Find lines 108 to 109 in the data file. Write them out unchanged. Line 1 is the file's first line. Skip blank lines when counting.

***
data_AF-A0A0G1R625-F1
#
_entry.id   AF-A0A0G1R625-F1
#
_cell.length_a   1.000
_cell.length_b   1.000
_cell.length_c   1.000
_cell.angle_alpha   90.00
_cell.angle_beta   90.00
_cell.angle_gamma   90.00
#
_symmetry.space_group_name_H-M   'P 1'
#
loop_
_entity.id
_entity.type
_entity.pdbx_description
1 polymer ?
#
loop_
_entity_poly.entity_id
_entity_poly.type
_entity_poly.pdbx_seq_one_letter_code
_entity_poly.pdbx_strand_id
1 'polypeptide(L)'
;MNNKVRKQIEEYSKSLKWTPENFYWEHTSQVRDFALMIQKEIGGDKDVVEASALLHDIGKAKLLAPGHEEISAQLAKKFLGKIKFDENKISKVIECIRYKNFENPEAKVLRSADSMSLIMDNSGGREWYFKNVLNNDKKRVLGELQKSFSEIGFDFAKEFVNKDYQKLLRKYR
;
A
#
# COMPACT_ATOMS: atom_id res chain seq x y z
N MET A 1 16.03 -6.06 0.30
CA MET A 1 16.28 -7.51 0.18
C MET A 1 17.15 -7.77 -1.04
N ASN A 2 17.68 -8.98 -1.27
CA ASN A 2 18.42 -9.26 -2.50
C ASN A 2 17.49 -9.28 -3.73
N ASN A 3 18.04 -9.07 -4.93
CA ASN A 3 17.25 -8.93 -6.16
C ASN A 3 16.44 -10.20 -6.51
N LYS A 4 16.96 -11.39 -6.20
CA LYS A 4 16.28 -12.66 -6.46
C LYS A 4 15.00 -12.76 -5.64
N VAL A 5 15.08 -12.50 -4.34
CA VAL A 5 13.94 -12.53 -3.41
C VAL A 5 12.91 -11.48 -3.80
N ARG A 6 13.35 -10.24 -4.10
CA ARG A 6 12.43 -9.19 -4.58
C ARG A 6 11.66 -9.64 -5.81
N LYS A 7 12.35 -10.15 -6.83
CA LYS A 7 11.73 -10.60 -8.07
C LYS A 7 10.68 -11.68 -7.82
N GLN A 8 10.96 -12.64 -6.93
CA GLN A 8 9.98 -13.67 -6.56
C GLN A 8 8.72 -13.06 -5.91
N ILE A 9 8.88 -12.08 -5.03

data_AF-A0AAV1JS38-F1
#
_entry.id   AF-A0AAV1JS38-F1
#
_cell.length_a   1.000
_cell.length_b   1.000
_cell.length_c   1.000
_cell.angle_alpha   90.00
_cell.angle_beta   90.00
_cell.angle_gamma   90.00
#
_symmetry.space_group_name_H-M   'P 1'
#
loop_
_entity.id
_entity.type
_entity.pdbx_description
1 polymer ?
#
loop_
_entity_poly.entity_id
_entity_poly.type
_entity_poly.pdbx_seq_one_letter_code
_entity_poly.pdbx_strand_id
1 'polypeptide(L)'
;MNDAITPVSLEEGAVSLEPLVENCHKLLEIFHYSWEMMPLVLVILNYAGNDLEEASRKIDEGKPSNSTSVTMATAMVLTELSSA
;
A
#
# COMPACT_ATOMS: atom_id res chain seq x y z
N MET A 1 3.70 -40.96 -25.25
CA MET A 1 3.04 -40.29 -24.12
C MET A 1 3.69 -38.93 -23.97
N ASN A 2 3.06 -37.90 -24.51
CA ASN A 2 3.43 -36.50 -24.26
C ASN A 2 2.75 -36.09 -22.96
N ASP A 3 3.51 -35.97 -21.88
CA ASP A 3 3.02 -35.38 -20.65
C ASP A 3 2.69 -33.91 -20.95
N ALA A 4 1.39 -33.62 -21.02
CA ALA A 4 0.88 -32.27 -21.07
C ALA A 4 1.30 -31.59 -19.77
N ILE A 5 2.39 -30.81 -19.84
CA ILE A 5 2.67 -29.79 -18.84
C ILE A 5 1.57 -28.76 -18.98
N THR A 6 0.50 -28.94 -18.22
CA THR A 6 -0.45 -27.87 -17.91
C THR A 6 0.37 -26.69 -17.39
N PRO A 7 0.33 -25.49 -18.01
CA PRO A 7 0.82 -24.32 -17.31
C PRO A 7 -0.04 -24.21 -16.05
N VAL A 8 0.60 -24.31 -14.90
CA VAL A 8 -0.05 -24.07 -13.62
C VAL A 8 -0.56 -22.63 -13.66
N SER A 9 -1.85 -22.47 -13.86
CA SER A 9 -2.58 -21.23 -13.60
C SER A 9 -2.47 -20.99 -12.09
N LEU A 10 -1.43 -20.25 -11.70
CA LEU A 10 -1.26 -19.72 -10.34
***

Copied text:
CA VAL A 8 -0.05 -24.07 -13.62
C VAL A 8 -0.56 -22.63 -13.66